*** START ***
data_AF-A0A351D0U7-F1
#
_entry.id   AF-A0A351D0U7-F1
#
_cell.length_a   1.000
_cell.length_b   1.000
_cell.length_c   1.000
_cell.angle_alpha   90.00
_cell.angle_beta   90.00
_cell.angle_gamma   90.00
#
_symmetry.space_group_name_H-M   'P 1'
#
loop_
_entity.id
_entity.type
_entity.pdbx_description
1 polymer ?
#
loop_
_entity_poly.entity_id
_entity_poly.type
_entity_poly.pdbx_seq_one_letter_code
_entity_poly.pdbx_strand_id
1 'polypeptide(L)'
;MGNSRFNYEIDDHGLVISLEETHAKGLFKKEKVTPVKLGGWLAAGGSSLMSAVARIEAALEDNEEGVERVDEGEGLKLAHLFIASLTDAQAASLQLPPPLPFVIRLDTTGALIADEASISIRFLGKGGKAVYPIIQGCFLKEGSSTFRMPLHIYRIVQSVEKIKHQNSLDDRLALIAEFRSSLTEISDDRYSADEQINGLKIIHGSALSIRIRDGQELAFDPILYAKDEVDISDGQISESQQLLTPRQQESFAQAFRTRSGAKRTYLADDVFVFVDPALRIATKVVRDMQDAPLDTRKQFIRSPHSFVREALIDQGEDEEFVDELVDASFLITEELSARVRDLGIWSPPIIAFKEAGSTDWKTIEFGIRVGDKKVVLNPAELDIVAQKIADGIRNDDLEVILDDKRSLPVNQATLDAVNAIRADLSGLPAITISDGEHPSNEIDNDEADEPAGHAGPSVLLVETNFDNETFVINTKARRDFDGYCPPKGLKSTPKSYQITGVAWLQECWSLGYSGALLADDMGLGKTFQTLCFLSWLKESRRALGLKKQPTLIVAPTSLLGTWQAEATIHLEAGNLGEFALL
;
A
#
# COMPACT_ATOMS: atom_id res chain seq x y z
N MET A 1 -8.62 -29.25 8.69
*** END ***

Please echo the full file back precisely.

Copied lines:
data_AF-A0A351D0U7-F1
#
_entry.id   AF-A0A351D0U7-F1
#
_cell.length_a   1.000
_cell.length_b   1.000
_cell.length_c   1.000
_cell.angle_alpha   90.00
_cell.angle_beta   90.00
_cell.angle_gamma   90.00
#
_symmetry.space_group_name_H-M   'P 1'
#
loop_
_entity.id
_entity.type
_entity.pdbx_description
1 polymer ?
#
loop_
_entity_poly.entity_id
_entity_poly.type
_entity_poly.pdbx_seq_one_letter_code
_entity_poly.pdbx_strand_id
1 'polypeptide(L)'
;MGNSRFNYEIDDHGLVISLEETHAKGLFKKEKVTPVKLGGWLAAGGSSLMSAVARIEAALEDNEEGVERVDEGEGLKLAHLFIASLTDAQAASLQLPPPLPFVIRLDTTGALIADEASISIRFLGKGGKAVYPIIQGCFLKEGSSTFRMPLHIYRIVQSVEKIKHQNSLDDRLALIAEFRSSLTEISDDRYSADEQINGLKIIHGSALSIRIRDGQELAFDPILYAKDEVDISDGQISESQQLLTPRQQESFAQAFRTRSGAKRTYLADDVFVFVDPALRIATKVVRDMQDAPLDTRKQFIRSPHSFVREALIDQGEDEEFVDELVDASFLITEELSARVRDLGIWSPPIIAFKEAGSTDWKTIEFGIRVGDKKVVLNPAELDIVAQKIADGIRNDDLEVILDDKRSLPVNQATLDAVNAIRADLSGLPAITISDGEHPSNEIDNDEADEPAGHAGPSVLLVETNFDNETFVINTKARRDFDGYCPPKGLKSTPKSYQITGVAWLQECWSLGYSGALLADDMGLGKTFQTLCFLSWLKESRRALGLKKQPTLIVAPTSLLGTWQAEATIHLEAGNLGEFALL
;
A
#
# COMPACT_ATOMS: atom_id res chain seq x y z
N MET A 1 -8.62 -29.25 8.69